On Friday, DCS spokesman Brandon Gee said the two notations were actually for one child, a baby he said died from “unsafe sleeping” in Anderson County on Feb. 10.
The department has conceded in the past that it has made a string of errors in releasing data about child deaths.
When DCS first released information on Sept. 18, it reported that 40 children had died in the first six months of 2012. Two days later, the agency revised that number downward to 31.
At the time, agency attorney Dimond admitted that DCS had been violating a disclosure law requiring the agency to inform lawmakers of each fatality and near fatality.
In November, the Tennessean requested a smaller sample of child deaths or near deaths.
DCS again declined to make public any portion of the children’s files or any record of the agency’s interaction with the child. DCS said any of its prior involvement with the children in the sample was “not pertinent.”
Tennessean Executive Editor Maria De Varenne called the response “woefully inadequate.”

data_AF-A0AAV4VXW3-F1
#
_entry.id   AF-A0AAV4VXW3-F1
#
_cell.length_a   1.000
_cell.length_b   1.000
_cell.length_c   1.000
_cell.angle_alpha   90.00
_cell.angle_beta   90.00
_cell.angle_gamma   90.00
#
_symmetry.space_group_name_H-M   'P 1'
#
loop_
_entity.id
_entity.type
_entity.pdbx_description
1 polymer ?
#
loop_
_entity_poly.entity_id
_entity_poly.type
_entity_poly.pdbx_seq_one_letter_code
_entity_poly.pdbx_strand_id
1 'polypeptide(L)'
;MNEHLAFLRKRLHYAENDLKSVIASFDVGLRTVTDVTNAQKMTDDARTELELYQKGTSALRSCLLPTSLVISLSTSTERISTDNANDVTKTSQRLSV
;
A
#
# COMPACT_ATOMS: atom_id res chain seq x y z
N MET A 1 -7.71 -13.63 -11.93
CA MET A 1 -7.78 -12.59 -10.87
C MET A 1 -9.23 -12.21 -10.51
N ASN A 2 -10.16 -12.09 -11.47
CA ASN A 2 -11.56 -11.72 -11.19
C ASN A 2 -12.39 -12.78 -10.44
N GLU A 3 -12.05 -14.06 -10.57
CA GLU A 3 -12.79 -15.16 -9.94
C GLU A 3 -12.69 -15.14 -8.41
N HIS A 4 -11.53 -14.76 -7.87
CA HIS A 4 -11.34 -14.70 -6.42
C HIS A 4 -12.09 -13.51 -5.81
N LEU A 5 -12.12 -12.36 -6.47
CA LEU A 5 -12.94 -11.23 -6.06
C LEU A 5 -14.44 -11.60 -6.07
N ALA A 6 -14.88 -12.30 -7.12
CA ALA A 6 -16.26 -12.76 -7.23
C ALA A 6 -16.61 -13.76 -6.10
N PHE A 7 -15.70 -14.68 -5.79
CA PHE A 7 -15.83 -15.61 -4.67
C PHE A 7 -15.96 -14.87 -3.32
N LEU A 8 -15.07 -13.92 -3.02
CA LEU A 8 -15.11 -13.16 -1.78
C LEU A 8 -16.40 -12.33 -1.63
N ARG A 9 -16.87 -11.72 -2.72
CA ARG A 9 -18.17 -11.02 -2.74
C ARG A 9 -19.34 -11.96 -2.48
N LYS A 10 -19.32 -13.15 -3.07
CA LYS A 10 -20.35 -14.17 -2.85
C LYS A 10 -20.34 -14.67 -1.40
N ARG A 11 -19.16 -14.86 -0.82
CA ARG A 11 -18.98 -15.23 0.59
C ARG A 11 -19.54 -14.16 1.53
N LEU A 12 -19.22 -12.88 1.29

“The State has provided no investigative reports, fatality reviews, or task force reports, among other materials which are covered by The Tennessean’s requests,” noted a letter to DCS from the newspaper and Tennessean attorney Robb Harvey last week.
The newspaper’s letter to DCS asked, “Where is the oversight for DCS’ actions, and who is responsible for providing that oversight?”
DCS chief Kate O’Day and Gov. Bill Haslam told The Tennessean editorial board in October that there are multiple layers of independent review of the state agency.
“There’s sometimes a sense where you think they have incredibly important work and they’re out there operating on their own,” Haslam said. “Nothing could be further from the truth if you look at all of the people who are overseeing us in one way or another.”